The United Nations declared famine in two regions of southern Somalia on Wednesday and warned that this could spread further within two months in the war-ravaged Horn of Africa country unless donors step in to help.  This is the worst drought the region has seen in more than half a century.

More than 10 million people are in need of food aid in the Horn of Africa and most of them are in Somalia.  But, it's not just the people who are suffering.  The camels, for which they rely-upon, are suffering worse.  The death of 50 percent of Somalia's camels poses a grave question: If camels can't survive, what can?

Eastern Africa's drought has proved a death sentence for an animal known for surviving weeks without water.  In some areas, over 80 percent of livestock have perished, forcing families to abandon their homes and relocate into overcrowded refugee camps.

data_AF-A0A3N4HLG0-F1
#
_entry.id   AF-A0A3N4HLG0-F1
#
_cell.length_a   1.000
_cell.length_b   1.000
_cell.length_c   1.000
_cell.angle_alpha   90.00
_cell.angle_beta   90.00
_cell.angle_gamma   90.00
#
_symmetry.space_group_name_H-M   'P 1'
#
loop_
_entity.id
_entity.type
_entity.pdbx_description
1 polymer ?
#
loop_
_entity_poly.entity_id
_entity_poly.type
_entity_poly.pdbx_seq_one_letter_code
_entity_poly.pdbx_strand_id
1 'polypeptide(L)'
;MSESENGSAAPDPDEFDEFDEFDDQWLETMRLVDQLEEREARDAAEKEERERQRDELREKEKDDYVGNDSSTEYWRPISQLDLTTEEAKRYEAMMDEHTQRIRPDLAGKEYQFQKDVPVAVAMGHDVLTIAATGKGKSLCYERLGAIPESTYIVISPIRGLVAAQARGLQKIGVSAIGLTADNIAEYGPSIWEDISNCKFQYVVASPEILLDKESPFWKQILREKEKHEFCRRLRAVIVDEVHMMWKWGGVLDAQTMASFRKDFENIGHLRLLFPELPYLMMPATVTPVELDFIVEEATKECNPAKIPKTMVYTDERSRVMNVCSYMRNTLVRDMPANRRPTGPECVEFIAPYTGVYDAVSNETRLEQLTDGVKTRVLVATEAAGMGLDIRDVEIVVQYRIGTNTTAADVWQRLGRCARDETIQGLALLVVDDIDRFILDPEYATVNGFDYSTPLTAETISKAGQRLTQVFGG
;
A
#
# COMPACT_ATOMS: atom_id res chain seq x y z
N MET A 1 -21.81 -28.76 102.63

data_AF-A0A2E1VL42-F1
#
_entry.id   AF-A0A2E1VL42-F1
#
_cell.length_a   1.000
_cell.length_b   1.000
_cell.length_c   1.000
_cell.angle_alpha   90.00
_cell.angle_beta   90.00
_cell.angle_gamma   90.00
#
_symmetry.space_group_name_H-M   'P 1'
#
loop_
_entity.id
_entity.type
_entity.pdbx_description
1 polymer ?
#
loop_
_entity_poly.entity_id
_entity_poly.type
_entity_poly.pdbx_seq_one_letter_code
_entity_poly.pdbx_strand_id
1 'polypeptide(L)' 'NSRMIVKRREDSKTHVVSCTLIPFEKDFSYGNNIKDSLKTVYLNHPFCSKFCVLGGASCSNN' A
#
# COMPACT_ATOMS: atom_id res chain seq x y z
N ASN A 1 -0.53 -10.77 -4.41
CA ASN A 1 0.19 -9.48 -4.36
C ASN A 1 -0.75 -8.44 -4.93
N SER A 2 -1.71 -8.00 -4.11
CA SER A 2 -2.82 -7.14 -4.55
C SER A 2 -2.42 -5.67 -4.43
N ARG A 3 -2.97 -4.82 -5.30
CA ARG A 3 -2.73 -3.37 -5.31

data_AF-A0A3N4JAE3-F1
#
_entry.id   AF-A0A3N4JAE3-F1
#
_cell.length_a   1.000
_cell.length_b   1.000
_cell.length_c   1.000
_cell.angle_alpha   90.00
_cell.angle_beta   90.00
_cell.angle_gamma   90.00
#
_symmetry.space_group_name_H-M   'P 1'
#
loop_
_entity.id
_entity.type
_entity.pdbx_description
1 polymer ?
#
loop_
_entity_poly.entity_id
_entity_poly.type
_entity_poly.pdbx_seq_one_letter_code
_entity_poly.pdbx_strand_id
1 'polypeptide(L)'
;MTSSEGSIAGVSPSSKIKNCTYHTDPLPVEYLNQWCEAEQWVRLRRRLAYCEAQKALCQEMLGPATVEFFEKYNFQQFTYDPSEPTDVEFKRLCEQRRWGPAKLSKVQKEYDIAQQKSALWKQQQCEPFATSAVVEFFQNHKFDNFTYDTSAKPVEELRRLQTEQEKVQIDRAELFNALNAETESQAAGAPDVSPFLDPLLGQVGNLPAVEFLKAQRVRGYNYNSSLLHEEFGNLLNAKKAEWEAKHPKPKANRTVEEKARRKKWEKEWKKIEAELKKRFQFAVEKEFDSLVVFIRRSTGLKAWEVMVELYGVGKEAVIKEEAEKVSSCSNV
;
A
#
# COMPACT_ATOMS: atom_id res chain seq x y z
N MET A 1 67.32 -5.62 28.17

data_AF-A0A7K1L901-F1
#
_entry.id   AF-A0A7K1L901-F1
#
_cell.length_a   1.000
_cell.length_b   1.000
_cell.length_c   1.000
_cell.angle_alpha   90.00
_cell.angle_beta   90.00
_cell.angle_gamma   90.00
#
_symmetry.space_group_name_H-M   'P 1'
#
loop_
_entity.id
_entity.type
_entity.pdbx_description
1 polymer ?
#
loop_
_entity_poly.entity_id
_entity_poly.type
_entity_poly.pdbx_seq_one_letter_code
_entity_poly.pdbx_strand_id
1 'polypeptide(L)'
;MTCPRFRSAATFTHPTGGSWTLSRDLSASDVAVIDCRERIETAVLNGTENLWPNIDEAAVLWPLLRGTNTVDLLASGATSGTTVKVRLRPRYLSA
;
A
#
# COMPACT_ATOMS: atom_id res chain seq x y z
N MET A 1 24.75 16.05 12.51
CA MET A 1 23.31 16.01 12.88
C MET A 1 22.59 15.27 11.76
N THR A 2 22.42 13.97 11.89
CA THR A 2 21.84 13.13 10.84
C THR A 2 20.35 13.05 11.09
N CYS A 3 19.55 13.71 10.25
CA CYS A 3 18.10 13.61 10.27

Around two-thirds of Somalia's population depends on their livestock for survival, not only for milk and meat, but also purchasing power.  Oxfam reports that the value of Somali camels has been slashed in half - many nomadic herders are watching as their livelihood dies off, one by one.

Here's a look at a caravan of surviving camels as they head to a watering hole in drought-stricken Somalia: